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University Education

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St Clair Dacon, Henry Williams and Carl Charles have now passed away. God rest their souls. The point I wish to make about these gentlemen is this. Over 50 years ago all three of them wanted to obtain a university education. To do so they took courses from Wolsey Hall and studied at home. After long, hard and lonely years of slogging they obtained a B.A. External from London University.{{more}}

With the establishment of UWI, many more students, including the children and grandchildren of the gentlemen mentioned earlier, were able to go there and get degrees in a variety of fields. Today we actually have a fusion of the two processes. Students do distance learning not from Wolsey Hall but through the UWI for a year or two and then go to the university to complete their courses. The present Government has made education its top priority and wants to make access to university training even greater.

This emphasis on education is not all misplaced. In all countries human beings are a critical resource. In small states it is even more so since there is likely to be little of any other type of resource. Indeed in one such state this emphasis on human resources even led to the advocacy of eugenics, with persons of high IQs being expected to marry persons of high IQs and people of low IQs being discouraged from having children. Obviously, this sort of thing is not on in SVG. The Government, however, can increase access to tertiary education in two ways. It can increase the number of scholarships to study abroad and it can aspire to establish its own university.

The number of scholarships has already been increased significantly. In addition to those to UWI we now have scholarships to Cuba, Mexico, Taiwan and Malaysia. The good student must be spoilt for choice.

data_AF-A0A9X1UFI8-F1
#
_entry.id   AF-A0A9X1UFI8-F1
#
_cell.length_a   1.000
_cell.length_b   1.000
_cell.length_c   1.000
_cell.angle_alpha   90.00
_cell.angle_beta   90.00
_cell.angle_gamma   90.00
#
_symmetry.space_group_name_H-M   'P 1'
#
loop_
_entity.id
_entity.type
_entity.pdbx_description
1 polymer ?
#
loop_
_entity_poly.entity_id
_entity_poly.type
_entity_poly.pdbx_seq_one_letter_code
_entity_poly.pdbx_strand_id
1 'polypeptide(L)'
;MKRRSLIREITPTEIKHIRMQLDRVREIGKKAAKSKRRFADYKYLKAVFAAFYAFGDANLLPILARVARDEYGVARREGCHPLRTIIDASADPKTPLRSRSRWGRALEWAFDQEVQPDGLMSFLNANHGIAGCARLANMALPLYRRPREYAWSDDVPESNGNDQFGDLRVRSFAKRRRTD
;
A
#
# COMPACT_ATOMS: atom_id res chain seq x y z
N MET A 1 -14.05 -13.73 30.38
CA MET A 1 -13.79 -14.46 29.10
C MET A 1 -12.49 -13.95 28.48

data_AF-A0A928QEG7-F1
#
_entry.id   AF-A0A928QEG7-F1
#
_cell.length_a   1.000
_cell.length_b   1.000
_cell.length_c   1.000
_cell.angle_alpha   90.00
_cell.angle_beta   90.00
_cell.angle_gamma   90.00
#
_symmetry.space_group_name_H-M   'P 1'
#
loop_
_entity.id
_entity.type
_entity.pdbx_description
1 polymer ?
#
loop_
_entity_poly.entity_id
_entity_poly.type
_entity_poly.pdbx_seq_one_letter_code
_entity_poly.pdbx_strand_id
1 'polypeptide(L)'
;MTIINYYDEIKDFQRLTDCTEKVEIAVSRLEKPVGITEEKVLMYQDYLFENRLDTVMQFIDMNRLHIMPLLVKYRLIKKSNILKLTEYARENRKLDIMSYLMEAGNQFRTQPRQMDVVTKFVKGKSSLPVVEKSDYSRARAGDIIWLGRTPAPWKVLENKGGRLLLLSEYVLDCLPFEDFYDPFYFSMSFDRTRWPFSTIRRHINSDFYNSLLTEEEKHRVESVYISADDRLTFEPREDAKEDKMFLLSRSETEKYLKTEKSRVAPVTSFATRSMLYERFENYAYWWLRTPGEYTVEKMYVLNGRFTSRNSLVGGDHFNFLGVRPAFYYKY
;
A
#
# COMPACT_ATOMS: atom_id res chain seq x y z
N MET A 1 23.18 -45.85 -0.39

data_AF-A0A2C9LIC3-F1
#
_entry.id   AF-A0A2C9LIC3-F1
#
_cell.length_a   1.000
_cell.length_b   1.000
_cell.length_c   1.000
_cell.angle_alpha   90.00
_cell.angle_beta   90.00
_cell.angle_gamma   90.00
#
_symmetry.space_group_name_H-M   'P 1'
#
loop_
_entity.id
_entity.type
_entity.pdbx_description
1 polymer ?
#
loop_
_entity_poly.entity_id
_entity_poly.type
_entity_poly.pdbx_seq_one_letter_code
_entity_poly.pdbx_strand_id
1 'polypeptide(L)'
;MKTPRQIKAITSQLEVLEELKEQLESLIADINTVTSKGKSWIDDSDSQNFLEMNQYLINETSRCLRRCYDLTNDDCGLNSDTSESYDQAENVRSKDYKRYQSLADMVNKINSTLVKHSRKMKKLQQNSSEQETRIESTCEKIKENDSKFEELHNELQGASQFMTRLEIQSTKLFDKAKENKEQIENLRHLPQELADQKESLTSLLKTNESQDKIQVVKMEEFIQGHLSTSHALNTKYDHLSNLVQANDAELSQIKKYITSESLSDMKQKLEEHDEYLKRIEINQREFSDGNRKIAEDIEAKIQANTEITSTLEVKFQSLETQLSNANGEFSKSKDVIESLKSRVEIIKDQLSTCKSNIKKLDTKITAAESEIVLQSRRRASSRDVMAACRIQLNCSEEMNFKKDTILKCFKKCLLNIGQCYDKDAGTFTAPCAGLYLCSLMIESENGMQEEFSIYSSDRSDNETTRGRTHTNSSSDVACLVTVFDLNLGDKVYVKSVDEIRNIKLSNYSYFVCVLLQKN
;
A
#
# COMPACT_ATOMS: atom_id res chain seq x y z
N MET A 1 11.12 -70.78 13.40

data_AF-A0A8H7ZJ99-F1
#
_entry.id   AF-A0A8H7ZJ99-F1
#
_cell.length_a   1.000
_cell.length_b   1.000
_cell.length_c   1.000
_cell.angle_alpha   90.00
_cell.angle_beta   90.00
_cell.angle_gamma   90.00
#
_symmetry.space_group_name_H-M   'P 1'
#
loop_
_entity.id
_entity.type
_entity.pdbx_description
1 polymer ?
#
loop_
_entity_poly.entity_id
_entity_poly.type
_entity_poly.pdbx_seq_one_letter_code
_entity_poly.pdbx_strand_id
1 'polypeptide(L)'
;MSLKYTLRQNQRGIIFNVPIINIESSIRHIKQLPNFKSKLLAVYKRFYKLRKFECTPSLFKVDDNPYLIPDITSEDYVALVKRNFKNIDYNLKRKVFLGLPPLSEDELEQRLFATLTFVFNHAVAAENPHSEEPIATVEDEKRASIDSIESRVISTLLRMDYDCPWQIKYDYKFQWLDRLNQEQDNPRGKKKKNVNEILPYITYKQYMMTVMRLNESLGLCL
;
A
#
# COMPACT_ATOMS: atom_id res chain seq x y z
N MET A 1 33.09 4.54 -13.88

In such a student’s situation I would refuse to do any course considered an easy option for there are a lot of graduates out there and employers will know what these easy options are and avoid graduates in them like the plague. I would give careful consideration to the scholarships to the Spanish- speaking countries. For with them I would be getting two for one, knowledge of Spanish and also of my special subject. A second language increases ones marketability. Our contact with the neighbouring Spanish countries is increasing and Spanish is making inroads into English’s virtual monopoly in the US. Moreover, if you want a job in an international agency then a foreign language is a must. Of course having completed the first degree I would then go to an English speaking country for a second degree.

The idea of SVG having its own university is not as outlandish as it may at first seem. A university, in particular, if it can attract foreign students, is not only an educational but also an economic institution. The financial benefits we derive from having the Medical School here are evidence of it. Moreover, the world over, there are towns that owe their existence purely to the presence of a university.

Jamaica, Trinidad, Grenada and Guyana all have their own universities. In addition, some foreign universities have established branches in the region and several islands have off-shore medical and veterinary colleges. Surveying the scene I am reminded of an address given by the late Dr. Eric Williams when I was a UWI student. “Ladies and Gentlemen,” he said, “Your university came on the scene too late, in conception it was too narrow. Its period of tutelage lasted too long.” These words resonated with me so much that even 40 years later I still hear them ringing in my ears. Many of the newer institutions have probably emerged to remedy the deficiencies to which the good doctor alluded.

If St. Vincent and the Grenadines is to have a university it would probably have to come by way of upgrading the Community College. Its entrance requirements would continue to be several O’ level passes. Its main function would, however, be to run three or four year degree programmes. The subjects taught would have to be of a very applied nature. These could include marketing, entrepreneurship, tourism management, information technology, accountancy, graphic design, plumbing, pharmacy and refrigeration.

The hope would be that people with this sort of training and some creativity would be able to develop the economy. Of course such an education would, like nursing, also facilitate emigration which has long been one of our people’s survival strategies. Even if we were to attempt to do only the first year of these courses it would be very costly both to obtain facilities and quality staff. Given the heavy financial commitments the Government already has, it would probably not be able to undertake this project in the immediate future.

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